This alliance held for maybe a decade or so, and then the Puritans came, then more crazy Christians who needed the land. They forgot the whole Jesus teaching of “Love thy neighbor” and decided to handle their neighbors with “Peace Treaties”.

What can be learned from this historic period?

Courtesy of amishairforce.blogspot.com

Basically, the enemy of the enemy is still the enemy. No matter many battles you have, never turn your back on your enemy. Never let the amount of battles grow large enough distract you from the strange; quiet ones (the British). What would Sun Tzu do?

“All warfare is based on deception. Hence, when able to attack, we must seem unable; when using our forces, we must seem inactive; when we are near, we must make the enemy believe we are far away; when far away, we must make him believe we are near. Hold out baits to entice the enemy. Feign disorder, and crush him.”

The Art of War

Society’s ignorance on drugs: get wasted legally

Every society needs to have a healthy exchange of information. Any topic that is taboo or swept under-the-rug tends to marinate and swell, despite common unwillingness to recognize it.

Upon researching my blog about pill and heroin addiction, I found that several professionals in the field of medicine and pharmaceutical were unwilling to provide expert information. Four pharmacists at three different stores and a doctor turned me down for an interview. The pharmacists actually had a look of fear and irritation in their faces, with much hesitation in their voices. My utmost gratitude goes out to the few experts who did provide commentary. It seems that opiate narcotics are more of a taboo subject in the legal industry than in the underground users and dealers.

Corporate pharmaceutical companies manufacture and patent prescription opiates at an accelerating rate, however the industry’s distribution aspect seems generally reluctant to discuss their observations. Meanwhile, the government and mainstream media launch a propaganda war against street dealers who simply utilize the natural supply-and-demand model to survive. The status quo points-the-finger at underground dealers for providing the same narcotics that are legal produced by PHDs in white collars. It is disgusting that one group should be prosecuted while another is allowed to flourish due to an appeal to the conservative mindset.

It is no secret that people are becoming hooked on Percocet and Oxycotin at an unprecedented rate. Yet, mainstream America cringes at the thought of cocaine and heroin dealers running the streets: “Not in my backyard.” Truth be told, you have a better chance of overcoming cocaine addiction than you do of Percocet addiction. Ask anyone who has had both habits. However, because society tends to focus more on the illegal hard drugs, prescriptions pills lack the attention they deserve. Could it be because those involved in the legal drug industry tend not to discuss it? Those involved in the illegal drug industry have to discuss it because they get dragged in front of a jury.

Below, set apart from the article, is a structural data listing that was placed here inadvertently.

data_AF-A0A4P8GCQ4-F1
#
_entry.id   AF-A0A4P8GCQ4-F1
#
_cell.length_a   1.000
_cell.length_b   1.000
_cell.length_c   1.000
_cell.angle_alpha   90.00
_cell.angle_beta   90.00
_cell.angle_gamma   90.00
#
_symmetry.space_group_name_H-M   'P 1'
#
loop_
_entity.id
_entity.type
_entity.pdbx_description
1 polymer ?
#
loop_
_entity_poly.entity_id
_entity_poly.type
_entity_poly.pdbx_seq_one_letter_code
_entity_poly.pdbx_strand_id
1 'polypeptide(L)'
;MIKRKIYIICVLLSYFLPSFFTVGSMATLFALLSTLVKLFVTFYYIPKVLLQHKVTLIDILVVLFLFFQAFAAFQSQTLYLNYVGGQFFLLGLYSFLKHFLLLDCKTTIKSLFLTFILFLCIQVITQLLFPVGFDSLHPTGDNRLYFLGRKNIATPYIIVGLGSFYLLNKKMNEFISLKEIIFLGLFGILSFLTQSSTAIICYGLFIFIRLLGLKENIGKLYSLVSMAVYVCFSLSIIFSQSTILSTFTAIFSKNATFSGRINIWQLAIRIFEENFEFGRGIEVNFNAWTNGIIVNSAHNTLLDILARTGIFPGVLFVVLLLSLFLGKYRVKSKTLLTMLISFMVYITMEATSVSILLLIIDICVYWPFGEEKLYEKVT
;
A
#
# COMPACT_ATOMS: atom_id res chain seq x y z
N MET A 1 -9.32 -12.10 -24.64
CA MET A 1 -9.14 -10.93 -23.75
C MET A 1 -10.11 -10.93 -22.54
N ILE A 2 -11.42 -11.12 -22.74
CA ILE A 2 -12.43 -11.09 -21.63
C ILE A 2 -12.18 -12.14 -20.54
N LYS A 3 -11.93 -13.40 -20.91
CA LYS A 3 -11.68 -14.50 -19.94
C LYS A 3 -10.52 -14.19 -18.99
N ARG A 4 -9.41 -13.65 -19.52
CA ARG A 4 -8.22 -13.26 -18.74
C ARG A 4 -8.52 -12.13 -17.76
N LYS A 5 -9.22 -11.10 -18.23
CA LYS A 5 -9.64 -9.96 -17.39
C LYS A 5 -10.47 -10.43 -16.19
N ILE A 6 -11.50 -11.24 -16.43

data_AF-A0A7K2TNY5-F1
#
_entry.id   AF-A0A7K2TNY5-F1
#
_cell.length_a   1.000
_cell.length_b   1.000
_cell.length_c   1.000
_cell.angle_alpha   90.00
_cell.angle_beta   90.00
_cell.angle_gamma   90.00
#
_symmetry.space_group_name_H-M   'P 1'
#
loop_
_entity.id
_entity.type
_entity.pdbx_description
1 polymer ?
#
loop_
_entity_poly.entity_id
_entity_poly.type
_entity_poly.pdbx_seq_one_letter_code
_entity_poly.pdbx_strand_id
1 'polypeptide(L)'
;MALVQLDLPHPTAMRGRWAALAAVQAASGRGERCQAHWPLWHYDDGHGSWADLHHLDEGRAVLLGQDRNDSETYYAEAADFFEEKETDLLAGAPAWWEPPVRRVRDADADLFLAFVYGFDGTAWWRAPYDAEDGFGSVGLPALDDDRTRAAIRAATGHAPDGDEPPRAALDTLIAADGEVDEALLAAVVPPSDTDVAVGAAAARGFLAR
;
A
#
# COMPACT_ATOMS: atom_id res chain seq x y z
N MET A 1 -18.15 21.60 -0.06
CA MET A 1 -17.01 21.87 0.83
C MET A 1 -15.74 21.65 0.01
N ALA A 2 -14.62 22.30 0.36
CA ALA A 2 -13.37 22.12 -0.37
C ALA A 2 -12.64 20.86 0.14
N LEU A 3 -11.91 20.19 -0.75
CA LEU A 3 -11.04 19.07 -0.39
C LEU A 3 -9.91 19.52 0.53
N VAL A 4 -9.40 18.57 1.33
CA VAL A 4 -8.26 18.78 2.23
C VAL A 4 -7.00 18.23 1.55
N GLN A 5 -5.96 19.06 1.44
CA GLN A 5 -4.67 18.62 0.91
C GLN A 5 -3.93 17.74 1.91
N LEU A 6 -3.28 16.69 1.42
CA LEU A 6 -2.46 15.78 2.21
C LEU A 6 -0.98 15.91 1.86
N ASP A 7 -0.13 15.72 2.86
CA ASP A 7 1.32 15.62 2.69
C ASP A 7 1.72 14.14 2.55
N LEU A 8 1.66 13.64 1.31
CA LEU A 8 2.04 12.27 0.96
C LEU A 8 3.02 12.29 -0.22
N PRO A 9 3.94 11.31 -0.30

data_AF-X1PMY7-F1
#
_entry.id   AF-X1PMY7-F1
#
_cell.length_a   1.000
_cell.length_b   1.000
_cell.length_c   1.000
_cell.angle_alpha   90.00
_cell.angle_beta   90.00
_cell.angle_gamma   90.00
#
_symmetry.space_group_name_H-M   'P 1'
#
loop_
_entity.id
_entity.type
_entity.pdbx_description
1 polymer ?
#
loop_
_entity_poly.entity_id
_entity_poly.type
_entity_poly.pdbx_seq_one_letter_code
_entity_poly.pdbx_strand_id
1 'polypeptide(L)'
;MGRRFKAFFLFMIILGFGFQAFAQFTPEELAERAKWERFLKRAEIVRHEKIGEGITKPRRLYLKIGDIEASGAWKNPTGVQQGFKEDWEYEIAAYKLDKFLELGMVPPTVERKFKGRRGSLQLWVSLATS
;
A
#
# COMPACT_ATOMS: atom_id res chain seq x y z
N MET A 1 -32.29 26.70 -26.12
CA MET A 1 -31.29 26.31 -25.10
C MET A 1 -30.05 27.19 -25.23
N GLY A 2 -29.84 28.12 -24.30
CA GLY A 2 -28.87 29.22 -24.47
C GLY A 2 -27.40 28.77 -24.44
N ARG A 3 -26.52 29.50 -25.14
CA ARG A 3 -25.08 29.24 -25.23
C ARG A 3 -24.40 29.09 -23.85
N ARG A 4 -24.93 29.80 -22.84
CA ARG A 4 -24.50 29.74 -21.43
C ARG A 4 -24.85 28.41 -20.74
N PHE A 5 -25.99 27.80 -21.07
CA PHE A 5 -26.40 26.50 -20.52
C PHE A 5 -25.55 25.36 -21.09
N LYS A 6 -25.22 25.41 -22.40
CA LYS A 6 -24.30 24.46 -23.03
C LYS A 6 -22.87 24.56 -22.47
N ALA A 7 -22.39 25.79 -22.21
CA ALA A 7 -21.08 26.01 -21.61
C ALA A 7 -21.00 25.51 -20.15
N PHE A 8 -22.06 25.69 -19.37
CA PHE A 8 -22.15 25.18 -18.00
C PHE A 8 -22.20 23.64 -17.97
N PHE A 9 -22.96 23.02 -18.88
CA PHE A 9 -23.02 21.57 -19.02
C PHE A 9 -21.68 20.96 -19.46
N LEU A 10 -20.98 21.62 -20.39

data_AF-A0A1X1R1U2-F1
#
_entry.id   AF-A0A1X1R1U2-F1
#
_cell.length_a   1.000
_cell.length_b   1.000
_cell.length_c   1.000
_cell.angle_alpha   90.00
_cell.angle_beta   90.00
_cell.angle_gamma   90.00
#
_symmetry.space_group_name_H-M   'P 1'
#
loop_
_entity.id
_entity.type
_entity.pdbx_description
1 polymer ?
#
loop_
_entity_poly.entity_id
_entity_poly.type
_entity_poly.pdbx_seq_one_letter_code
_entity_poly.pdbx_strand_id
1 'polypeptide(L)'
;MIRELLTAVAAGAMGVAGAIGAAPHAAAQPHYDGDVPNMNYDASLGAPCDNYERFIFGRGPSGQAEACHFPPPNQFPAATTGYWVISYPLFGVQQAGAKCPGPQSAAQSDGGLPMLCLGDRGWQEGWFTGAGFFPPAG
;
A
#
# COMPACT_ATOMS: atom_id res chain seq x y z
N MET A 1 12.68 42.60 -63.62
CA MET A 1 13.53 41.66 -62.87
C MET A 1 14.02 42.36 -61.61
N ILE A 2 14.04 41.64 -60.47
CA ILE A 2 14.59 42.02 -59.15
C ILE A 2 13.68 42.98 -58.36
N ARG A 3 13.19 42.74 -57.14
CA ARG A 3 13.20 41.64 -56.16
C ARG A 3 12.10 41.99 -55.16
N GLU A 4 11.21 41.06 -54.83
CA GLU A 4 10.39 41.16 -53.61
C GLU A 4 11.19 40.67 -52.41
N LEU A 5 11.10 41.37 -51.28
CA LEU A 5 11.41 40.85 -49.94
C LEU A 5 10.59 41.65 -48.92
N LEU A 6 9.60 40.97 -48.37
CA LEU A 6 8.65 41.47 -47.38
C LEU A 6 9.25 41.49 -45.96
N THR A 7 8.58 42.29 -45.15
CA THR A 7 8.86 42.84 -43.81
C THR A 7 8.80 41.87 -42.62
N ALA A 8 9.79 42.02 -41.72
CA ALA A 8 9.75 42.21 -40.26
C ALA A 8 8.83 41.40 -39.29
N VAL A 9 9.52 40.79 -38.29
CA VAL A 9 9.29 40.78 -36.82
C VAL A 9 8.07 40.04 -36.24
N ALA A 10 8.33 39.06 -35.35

The lack of transparency is detrimental to a growing situation. Our hypocritical status quo reinforces the idea that doing drugs is bad and abusing medicine is dangerous; quite a misleading concept. This “medicine” is not a favorite topic to discuss by those who manufacture, produce, and distribute it. A society that constricts its information flow stunts its growth. Without adequate education, consumers cannot be expected to make the best decisions. People will always experiment, but they should at least know the nature of their experiments. Right now, they are basing this from the War on Drug’s propaganda.

People pissed about other people

The cities protest at an unprecedented degree. Several homogenous groups with conflicting ideologies have coalited on the streets with the common underlying feeling of being screwed. To vote Republican or Democrat almost seems pointless because both parties have failed miserably to achieve economic or military stability.

There is nothing else left to do, but feel hopeless at a string of administrations who allow more jobs to be outsourced, more businesses to go offshore, more favors to unions for work on unnecessary public roads, the resurgence of taxes, increased inflation, increased cost of living, more political favors, more laws, the lack of bank transparency, and the increase of world disorder with the occupation of more nations. That is just to name a small few. All people can do at this point is scream their heads off at once and hope to be heard. The people voted in these politicians in good faith that they would govern as expected. They have every right to yell at these politicians for their incompetence.

Bob Dylan’s Like a Rolling Stone, “When you ain’t got nothing, you got nothing to lose.”

This is a decentralized nationwide protest with several demographics that sprang up in sequence of one another, to shout “This does not work!” These are not crowds of political science majors, law makers, or ideological philosophers. You do not need a degree to know the government and Wall Street are both disasters. The crowds are as diverse as America itself. Obviously, the government fucked up bad for this many people to be pissed off.

“Congress shall make no law prohibiting the right of the people peaceably to assemble, and to petition the government for a redress of grievances.” Your First Amendment Right, courtesy of Thomas Jefferson.